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Pope Leo XIII’s error

I came across this in a blog recently. It is curious that the author should have chosen this passage from the 1891 encyclical Rerum Novarum, because it is precisely here that the document was in error, and it has set the tone of Catholic Social Teaching ever since.

It is surely undeniable that, when a man engages in remunerative labor, the impelling reason and motive of his work is to obtain property, and thereafter to hold it as his very own. If one man hires out to another his strength or skill, he does so for the purpose of receiving in return what is necessary for the satisfaction of his needs; he therefore expressly intends to acquire a right full and real, not only to the remuneration, but also to the disposal of such remuneration, just as he pleases. Thus, if he lives sparingly, saves money, and, for greater security, invests his savings in land, the land, in such case, is only his wages under another form; and, consequently, a working man’s little estate thus purchased should be as completely at his full disposal as are the wages he receives for his labor. But it is precisely in such power of disposal that ownership obtains, whether the property consist of land or chattels. Socialists, therefore, by endeavoring to transfer the possessions of individuals to the community at large, strike at the interests of every wage-earner, since they would deprive him of the liberty of disposing of his wages, and thereby of all hope and possibility of increasing his resources and of bettering his condition in life.”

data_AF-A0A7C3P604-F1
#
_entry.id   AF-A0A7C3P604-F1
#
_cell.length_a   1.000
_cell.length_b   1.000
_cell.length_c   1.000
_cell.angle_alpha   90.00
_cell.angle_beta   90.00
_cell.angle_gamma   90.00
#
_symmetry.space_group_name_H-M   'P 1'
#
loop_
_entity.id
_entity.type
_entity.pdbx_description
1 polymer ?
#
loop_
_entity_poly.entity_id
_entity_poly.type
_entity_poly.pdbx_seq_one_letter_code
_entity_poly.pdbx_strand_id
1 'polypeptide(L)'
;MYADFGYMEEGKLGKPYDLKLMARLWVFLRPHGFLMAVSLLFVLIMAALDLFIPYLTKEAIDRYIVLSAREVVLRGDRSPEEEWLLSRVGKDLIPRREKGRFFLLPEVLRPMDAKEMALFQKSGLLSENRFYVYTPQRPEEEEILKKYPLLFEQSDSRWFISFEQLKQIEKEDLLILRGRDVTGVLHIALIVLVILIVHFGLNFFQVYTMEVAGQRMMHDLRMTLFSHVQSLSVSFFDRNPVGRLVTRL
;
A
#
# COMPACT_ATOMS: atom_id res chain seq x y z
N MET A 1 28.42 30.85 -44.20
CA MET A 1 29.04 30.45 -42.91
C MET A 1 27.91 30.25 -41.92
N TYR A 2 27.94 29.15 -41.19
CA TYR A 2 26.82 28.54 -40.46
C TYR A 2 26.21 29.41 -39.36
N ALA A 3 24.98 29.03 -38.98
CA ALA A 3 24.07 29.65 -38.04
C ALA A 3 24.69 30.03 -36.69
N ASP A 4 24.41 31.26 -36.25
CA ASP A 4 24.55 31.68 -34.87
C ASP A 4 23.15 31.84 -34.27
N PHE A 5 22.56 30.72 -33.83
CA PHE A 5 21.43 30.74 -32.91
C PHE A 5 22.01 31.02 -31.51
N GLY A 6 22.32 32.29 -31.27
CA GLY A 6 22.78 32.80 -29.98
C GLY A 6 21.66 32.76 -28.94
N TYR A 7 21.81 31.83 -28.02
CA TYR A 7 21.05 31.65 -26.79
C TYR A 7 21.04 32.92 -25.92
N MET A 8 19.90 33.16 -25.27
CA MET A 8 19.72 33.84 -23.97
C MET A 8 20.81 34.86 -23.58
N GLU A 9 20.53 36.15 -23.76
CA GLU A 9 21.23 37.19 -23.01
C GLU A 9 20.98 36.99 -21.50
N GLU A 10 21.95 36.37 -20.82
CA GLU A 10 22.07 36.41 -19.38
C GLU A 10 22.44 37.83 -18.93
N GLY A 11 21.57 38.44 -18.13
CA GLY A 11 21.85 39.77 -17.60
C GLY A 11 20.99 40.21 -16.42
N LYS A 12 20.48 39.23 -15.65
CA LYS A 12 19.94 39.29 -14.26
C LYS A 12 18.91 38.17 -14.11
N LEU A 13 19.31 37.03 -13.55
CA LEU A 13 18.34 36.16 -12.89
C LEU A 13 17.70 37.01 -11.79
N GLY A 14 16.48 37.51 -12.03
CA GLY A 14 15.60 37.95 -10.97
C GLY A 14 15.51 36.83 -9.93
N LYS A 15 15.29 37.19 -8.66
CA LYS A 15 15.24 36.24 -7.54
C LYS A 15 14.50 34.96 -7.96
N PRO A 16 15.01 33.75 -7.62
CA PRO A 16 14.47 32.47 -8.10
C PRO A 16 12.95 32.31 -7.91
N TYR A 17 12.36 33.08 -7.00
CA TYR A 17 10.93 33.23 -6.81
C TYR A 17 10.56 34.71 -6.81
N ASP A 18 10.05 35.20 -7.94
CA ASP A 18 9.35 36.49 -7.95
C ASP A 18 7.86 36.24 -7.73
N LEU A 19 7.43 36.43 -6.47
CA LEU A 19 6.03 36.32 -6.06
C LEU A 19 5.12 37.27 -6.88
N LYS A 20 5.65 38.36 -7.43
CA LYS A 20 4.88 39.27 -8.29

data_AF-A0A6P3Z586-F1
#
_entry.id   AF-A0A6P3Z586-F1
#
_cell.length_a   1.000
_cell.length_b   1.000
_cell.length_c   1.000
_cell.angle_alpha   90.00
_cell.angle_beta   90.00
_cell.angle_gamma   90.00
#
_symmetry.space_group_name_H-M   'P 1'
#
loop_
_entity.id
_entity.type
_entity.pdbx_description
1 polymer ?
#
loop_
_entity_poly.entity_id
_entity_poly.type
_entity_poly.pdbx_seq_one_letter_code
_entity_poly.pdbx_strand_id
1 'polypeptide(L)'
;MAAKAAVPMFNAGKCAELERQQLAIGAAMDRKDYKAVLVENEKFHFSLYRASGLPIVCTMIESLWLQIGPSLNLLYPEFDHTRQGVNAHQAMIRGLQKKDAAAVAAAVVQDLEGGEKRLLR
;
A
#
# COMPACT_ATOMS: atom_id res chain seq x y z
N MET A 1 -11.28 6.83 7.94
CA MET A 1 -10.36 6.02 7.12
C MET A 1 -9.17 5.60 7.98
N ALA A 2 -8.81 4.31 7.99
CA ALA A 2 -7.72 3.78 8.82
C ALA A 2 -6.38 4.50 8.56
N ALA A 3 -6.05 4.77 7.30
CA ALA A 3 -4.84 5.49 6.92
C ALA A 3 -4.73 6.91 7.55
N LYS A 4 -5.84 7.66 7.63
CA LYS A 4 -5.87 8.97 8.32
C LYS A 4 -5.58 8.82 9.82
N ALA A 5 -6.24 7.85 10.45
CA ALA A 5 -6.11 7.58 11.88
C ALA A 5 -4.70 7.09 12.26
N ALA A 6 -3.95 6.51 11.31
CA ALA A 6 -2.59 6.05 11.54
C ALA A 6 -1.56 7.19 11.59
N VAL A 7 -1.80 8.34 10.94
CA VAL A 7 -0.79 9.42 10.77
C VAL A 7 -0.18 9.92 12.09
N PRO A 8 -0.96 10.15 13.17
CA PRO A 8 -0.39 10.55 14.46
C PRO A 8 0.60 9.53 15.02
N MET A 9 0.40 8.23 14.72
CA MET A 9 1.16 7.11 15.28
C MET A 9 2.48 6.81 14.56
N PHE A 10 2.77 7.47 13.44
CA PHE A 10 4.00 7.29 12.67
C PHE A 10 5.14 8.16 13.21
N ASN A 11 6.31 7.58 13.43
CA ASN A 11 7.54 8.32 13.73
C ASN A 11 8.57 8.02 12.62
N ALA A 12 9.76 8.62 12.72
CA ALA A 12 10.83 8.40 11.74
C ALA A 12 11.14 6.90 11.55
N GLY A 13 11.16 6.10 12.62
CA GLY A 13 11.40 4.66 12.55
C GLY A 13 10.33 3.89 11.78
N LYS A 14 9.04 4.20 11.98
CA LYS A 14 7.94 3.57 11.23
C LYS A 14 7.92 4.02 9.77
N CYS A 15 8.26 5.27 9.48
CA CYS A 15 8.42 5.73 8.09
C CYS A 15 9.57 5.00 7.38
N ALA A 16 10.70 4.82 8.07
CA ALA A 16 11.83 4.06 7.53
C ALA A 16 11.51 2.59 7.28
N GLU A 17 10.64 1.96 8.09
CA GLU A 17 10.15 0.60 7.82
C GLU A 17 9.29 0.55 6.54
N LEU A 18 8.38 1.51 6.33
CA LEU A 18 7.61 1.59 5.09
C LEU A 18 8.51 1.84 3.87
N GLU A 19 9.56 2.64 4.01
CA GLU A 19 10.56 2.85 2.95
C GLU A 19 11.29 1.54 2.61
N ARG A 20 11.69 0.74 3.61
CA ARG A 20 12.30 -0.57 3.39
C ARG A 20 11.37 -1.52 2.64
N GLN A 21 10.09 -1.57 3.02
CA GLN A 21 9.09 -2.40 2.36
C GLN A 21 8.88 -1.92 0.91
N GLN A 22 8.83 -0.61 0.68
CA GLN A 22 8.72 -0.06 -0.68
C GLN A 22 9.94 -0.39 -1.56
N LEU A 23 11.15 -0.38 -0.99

Pope Leo XIII, Rerum Novarum, 1891

Rerum Novarum is in many respects an excellent document. But in this passage lies the fatal error. It is amongst other things, in conflict with Leviticus 25:23 “”The land shall not be sold in perpetuity, for the land is mine. For you are strangers and sojourners with me.”

It is also bad economics. Land ownership is as questionable as ownership of air, if that were possible, since land is a free gift of God to the whole of mankind.

It was particularly unfortunate as it left Catholics unable to answer the arguments of the socialists and helped to open the doors to the communist tyranny.

It also crippled what was one of the good fruits of RN, the distributist movement. Because of the views expressed in the paragraph you have quoted, the distributists were never able to put forward a fiscal and legislative framework which would have promoted and sustained a distributist economy.

Subsequent encyclicals have reviewed the whole issue of property rights and modified them, though inadequately. The latest, Caritas in veritate, has in some respects taken the subject back to square one.